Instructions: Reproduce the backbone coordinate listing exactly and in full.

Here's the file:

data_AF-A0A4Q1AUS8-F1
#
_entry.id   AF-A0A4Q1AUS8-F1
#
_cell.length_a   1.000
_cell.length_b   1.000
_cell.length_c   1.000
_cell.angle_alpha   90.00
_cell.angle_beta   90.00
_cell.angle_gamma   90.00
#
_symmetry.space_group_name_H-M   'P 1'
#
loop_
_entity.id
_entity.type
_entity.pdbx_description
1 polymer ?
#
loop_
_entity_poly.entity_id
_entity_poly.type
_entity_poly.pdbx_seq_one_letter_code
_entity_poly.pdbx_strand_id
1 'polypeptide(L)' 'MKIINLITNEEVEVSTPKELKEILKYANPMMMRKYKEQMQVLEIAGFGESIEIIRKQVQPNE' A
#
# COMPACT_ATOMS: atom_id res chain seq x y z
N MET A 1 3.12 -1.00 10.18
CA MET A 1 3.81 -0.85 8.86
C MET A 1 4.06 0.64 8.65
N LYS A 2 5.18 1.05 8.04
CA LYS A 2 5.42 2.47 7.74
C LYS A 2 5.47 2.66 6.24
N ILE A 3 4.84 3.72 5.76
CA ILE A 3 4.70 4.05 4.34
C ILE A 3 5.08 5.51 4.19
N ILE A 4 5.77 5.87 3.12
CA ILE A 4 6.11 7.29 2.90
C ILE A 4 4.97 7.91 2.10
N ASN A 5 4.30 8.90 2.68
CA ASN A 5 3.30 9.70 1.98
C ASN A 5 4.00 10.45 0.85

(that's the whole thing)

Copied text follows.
data_AF-A0A4Q1AUS8-F1
#
_entry.id   AF-A0A4Q1AUS8-F1
#
_cell.length_a   1.000
_cell.length_b   1.000
_cell.length_c   1.000
_cell.angle_alpha   90.00
_cell.angle_beta   90.00
_cell.angle_gamma   90.00
#
_symmetry.space_group_name_H-M   'P 1'
#
loop_
_entity.id
_entity.type
_entity.pdbx_description
1 polymer ?
#
loop_
_entity_poly.entity_id
_entity_poly.type
_entity_poly.pdbx_seq_one_letter_code
_entity_poly.pdbx_strand_id
1 'polypeptide(L)' 'MKIINLITNEEVEVSTPKELKEILKYANPMMMRKYKEQMQVLEIAGFGESIEIIRKQVQPNE' A
#
# COMPACT_ATOMS: atom_id res chain seq x y z
N MET A 1 3.12 -1.00 10.18
CA MET A 1 3.81 -0.85 8.86
C MET A 1 4.06 0.64 8.65
N LYS A 2 5.18 1.05 8.04
CA LYS A 2 5.42 2.47 7.74
C LYS A 2 5.47 2.66 6.24
N ILE A 3 4.84 3.72 5.76
CA ILE A 3 4.70 4.05 4.34
C ILE A 3 5.08 5.51 4.19
N ILE A 4 5.77 5.87 3.12
CA ILE A 4 6.11 7.29 2.90
C ILE A 4 4.97 7.91 2.10
N ASN A 5 4.30 8.90 2.68
CA ASN A 5 3.30 9.70 1.98
C ASN A 5 4.00 10.45 0.85